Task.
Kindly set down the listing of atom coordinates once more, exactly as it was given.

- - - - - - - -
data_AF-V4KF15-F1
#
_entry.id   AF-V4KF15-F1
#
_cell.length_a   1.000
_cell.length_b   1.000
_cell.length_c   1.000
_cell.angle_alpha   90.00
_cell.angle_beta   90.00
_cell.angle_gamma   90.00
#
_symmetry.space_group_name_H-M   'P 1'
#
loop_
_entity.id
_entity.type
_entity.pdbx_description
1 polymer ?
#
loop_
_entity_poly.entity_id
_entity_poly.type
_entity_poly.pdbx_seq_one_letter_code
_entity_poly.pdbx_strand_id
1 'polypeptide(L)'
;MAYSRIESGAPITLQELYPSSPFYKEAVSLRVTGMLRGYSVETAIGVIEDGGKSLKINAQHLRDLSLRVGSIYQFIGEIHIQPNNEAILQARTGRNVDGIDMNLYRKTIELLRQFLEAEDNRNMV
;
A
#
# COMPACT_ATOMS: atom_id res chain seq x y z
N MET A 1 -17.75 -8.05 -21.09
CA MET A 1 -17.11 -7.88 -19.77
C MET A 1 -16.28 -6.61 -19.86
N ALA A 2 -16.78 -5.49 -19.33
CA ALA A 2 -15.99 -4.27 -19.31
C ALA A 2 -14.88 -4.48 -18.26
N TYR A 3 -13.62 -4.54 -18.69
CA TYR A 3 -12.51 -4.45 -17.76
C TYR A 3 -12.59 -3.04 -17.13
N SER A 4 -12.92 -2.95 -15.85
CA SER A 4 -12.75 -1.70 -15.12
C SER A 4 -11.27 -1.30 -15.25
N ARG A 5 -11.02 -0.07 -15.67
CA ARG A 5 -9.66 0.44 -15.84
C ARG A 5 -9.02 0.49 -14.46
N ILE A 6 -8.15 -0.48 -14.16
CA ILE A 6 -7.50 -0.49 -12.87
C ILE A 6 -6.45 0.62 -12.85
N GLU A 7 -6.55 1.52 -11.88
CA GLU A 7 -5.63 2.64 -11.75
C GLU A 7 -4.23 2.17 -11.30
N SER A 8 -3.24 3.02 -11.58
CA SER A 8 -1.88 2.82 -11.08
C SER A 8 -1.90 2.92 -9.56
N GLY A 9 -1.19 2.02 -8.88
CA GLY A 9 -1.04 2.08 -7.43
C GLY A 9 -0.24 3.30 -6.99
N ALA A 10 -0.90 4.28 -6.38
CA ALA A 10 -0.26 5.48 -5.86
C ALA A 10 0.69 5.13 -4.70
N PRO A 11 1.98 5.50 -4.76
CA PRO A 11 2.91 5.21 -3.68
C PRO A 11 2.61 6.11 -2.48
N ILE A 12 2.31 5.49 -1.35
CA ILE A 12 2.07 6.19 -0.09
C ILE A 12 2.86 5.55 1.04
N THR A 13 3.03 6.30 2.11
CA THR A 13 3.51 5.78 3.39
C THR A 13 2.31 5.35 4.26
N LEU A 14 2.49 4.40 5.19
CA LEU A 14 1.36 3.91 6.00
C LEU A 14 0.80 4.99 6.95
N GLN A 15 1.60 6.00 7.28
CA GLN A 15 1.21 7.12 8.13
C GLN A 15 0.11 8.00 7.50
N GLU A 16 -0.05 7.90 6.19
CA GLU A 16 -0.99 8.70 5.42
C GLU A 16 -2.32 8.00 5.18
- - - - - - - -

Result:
data_AF-V4KF15-F1
#
_entry.id   AF-V4KF15-F1
#
_cell.length_a   1.000
_cell.length_b   1.000
_cell.length_c   1.000
_cell.angle_alpha   90.00
_cell.angle_beta   90.00
_cell.angle_gamma   90.00
#
_symmetry.space_group_name_H-M   'P 1'
#
loop_
_entity.id
_entity.type
_entity.pdbx_description
1 polymer ?
#
loop_
_entity_poly.entity_id
_entity_poly.type
_entity_poly.pdbx_seq_one_letter_code
_entity_poly.pdbx_strand_id
1 'polypeptide(L)'
;MAYSRIESGAPITLQELYPSSPFYKEAVSLRVTGMLRGYSVETAIGVIEDGGKSLKINAQHLRDLSLRVGSIYQFIGEIHIQPNNEAILQARTGRNVDGIDMNLYRKTIELLRQFLEAEDNRNMV
;
A
#
# COMPACT_ATOMS: atom_id res chain seq x y z
N MET A 1 -17.75 -8.05 -21.09
CA MET A 1 -17.11 -7.88 -19.77
C MET A 1 -16.28 -6.61 -19.86
N ALA A 2 -16.78 -5.49 -19.33
CA ALA A 2 -15.99 -4.27 -19.31
C ALA A 2 -14.88 -4.48 -18.26
N TYR A 3 -13.62 -4.54 -18.69
CA TYR A 3 -12.51 -4.45 -17.76
C TYR A 3 -12.59 -3.04 -17.13
N SER A 4 -12.92 -2.95 -15.85
CA SER A 4 -12.75 -1.70 -15.12
C SER A 4 -11.27 -1.30 -15.25
N ARG A 5 -11.02 -0.07 -15.67
CA ARG A 5 -9.66 0.44 -15.84
C ARG A 5 -9.02 0.49 -14.46
N ILE A 6 -8.15 -0.48 -14.16
CA ILE A 6 -7.50 -0.49 -12.87
C ILE A 6 -6.45 0.62 -12.85
N GLU A 7 -6.55 1.52 -11.88
CA GLU A 7 -5.63 2.64 -11.75
C GLU A 7 -4.23 2.17 -11.30
N SER A 8 -3.24 3.02 -11.58
CA SER A 8 -1.88 2.82 -11.08
C SER A 8 -1.90 2.92 -9.56
N GLY A 9 -1.19 2.02 -8.88
CA GLY A 9 -1.04 2.08 -7.43
C GLY A 9 -0.24 3.30 -6.99
N ALA A 10 -0.90 4.28 -6.38
CA ALA A 10 -0.26 5.48 -5.86
C ALA A 10 0.69 5.13 -4.70
N PRO A 11 1.98 5.50 -4.76
CA PRO A 11 2.91 5.21 -3.68
C PRO A 11 2.61 6.11 -2.48
N ILE A 12 2.31 5.49 -1.35
CA ILE A 12 2.07 6.19 -0.09
C ILE A 12 2.86 5.55 1.04
N THR A 13 3.03 6.30 2.11
CA THR A 13 3.51 5.78 3.39
C THR A 13 2.31 5.35 4.26
N LEU A 14 2.49 4.40 5.19
CA LEU A 14 1.36 3.91 6.00
C LEU A 14 0.80 4.99 6.95
N GLN A 15 1.60 6.00 7.28
CA GLN A 15 1.21 7.12 8.13
C GLN A 15 0.11 8.00 7.50
N GLU A 16 -0.05 7.90 6.19
CA GLU A 16 -0.99 8.70 5.42
C GLU A 16 -2.32 8.00 5.18